I graduated from High School in June of this year. I got hired to build a website in that same month, but rather than doing it as a freelancer I was hired into the company. There were a lot of holds on the project from the graphic designers, and the owner of the company thought to outsource the site to an external company and have me work on other things.

This last week I was told that I was going to make a website and that I should be asking for a raise. I currently make $10 an hour, but I have no idea how much I should be making. The company I work for is a multi-million dollar per year business, and I feel that $25/hour is a justified rate for someone with little experience and no degree, I hear that $40 is common for someone without much experience. Any help would be appreciated on what I should ask for and how I should ask.

I'm in Houston, Texas. Population center, but definitely not an oversaturated market.

  • 1
    So basically you were hired at a certain rate (which you accepted at the time), and now you are thinking that the rate is too small for the job? – Brandin Nov 25 '16 at 7:51
  • @Brandin "I was told [...] that I should be asking for a raise" does not seem like it's his idea. – nvoigt Nov 25 '16 at 9:46
  • Anywhere between minimum wage and $400 an hour. Seriously tough, $10 is just as unlikely as these $400. The problem is, the company may or may not be interested in paying you fairly, and since they were willing to start you with $10, don't get your hopes up. Unless you were told by your boss to ask for a raise, go for the $25, which you might not get. If you were told by your boss to ask for a raise, be honest and ask the boss the same question you asked us (including the 25 and 40 numbers). If you want a raise of 200% and more you'll usually need to change companies. – Peter - Unban Robert Harvey Nov 25 '16 at 9:53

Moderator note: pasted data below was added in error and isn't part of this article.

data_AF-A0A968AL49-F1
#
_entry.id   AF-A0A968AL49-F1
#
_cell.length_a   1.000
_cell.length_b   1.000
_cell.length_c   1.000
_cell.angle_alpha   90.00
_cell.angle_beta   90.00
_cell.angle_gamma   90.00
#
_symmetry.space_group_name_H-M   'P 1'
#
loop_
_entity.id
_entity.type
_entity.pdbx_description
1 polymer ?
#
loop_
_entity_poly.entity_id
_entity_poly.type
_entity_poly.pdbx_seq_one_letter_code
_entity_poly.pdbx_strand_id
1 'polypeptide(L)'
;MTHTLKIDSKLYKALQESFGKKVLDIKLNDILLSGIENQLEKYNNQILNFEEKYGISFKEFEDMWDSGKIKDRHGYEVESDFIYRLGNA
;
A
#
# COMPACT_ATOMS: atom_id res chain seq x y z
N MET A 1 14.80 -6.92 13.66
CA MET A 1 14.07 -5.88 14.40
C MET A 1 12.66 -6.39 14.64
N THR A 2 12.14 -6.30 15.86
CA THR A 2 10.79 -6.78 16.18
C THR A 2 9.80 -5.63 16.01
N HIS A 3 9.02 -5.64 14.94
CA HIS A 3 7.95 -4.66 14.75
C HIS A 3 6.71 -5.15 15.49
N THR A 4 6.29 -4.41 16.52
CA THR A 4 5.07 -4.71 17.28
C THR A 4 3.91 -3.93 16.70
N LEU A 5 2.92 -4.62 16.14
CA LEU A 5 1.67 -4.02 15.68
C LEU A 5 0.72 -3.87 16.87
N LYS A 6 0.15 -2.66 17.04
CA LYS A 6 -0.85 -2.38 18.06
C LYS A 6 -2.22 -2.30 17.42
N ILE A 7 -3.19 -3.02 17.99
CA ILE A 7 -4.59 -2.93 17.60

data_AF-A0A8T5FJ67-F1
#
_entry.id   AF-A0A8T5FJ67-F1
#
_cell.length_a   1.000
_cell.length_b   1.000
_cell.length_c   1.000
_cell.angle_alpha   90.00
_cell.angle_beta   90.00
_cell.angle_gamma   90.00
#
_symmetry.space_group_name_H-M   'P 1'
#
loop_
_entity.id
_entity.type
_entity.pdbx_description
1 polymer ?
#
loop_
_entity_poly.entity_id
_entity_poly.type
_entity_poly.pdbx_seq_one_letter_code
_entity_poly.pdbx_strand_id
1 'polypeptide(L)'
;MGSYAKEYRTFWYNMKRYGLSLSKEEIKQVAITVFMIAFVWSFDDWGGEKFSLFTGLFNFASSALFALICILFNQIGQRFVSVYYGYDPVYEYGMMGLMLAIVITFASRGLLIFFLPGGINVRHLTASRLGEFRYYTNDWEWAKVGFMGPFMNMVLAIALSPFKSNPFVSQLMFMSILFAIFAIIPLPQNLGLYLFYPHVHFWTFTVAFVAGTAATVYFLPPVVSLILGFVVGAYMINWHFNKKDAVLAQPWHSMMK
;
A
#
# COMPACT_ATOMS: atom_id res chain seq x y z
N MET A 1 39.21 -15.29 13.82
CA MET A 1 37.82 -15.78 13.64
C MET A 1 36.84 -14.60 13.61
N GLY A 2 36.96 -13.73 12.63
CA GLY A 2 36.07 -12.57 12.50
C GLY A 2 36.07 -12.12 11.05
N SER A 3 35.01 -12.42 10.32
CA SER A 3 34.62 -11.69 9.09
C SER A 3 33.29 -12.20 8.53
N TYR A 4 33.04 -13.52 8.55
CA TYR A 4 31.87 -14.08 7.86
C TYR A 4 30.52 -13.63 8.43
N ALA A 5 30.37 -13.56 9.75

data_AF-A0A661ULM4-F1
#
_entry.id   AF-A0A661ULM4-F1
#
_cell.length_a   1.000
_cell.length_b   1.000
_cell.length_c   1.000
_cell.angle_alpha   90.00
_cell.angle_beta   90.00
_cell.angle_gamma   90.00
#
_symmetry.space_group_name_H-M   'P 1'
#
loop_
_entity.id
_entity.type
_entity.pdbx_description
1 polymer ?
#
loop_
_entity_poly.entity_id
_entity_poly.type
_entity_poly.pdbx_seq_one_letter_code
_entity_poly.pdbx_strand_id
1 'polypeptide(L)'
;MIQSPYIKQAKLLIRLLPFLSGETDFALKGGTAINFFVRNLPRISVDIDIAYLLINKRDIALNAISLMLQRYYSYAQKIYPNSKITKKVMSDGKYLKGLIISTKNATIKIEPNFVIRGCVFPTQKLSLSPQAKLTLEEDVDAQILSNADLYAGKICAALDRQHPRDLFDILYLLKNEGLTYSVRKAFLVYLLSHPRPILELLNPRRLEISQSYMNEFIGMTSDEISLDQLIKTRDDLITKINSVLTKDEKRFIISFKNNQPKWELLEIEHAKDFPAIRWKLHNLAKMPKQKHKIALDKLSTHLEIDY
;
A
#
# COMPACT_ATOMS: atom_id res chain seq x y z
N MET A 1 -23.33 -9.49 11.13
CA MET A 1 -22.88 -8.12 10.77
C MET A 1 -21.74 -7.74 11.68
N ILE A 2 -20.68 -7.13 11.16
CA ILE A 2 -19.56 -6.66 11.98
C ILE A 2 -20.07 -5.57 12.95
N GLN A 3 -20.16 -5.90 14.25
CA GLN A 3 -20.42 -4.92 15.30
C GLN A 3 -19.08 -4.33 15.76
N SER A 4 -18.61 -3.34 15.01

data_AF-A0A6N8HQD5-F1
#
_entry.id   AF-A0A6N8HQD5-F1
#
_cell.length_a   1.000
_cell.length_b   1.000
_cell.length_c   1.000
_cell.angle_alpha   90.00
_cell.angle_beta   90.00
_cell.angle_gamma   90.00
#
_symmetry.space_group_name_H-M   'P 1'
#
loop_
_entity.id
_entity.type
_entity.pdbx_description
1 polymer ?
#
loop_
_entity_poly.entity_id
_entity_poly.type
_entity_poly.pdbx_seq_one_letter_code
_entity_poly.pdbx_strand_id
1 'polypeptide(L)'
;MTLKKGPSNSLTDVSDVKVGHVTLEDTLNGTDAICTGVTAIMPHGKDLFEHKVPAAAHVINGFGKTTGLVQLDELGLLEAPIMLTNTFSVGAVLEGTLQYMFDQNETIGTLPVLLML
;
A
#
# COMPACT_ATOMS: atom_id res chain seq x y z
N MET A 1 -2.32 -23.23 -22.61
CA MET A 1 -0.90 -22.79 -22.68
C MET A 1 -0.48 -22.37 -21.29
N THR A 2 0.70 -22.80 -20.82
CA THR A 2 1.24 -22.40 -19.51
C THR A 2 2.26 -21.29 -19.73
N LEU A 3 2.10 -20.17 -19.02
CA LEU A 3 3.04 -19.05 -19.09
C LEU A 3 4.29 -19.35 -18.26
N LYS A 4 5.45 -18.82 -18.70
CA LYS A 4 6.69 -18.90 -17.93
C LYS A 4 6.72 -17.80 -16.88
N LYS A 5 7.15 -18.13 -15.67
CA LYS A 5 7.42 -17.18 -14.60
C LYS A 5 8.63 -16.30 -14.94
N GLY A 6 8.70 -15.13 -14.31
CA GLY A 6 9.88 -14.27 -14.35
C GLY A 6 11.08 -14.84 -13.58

• If someone within the organization has told you to ask for a raise, the reason for this, probably, is that the others are getting paid a lot more. Huge differences in pay can lead to ugly situations when word gets around (and it always does). Research salaries as Pete indicated, but also consider asking trusted colleagues (possibly your boss) what they think would be reasonable. – teego1967 Nov 25 '16 at 15:05
  • @JoeStrazzere The son of the CEO, I had a meeting with him and we spoke about how I'm being under compensated and I should be expecting a raise soon and to be prepared to ask for much more than I'm getting. – jacksons123 Nov 26 '16 at 10:00

Do what anyone else would do when setting their salary levels - look at jobs sites covering your general geographical and technology area. Adjust for your skill levels or any niche value you might bring to the table (if you have a particular skill-set).

Doing this research will give you a representative pay grade to ask for. You might need to provide this research to validate your claim.

If your employer asks you why you chose a particular rate and you reply "I asked people on Stack Exchange", you might not get a favourable response.

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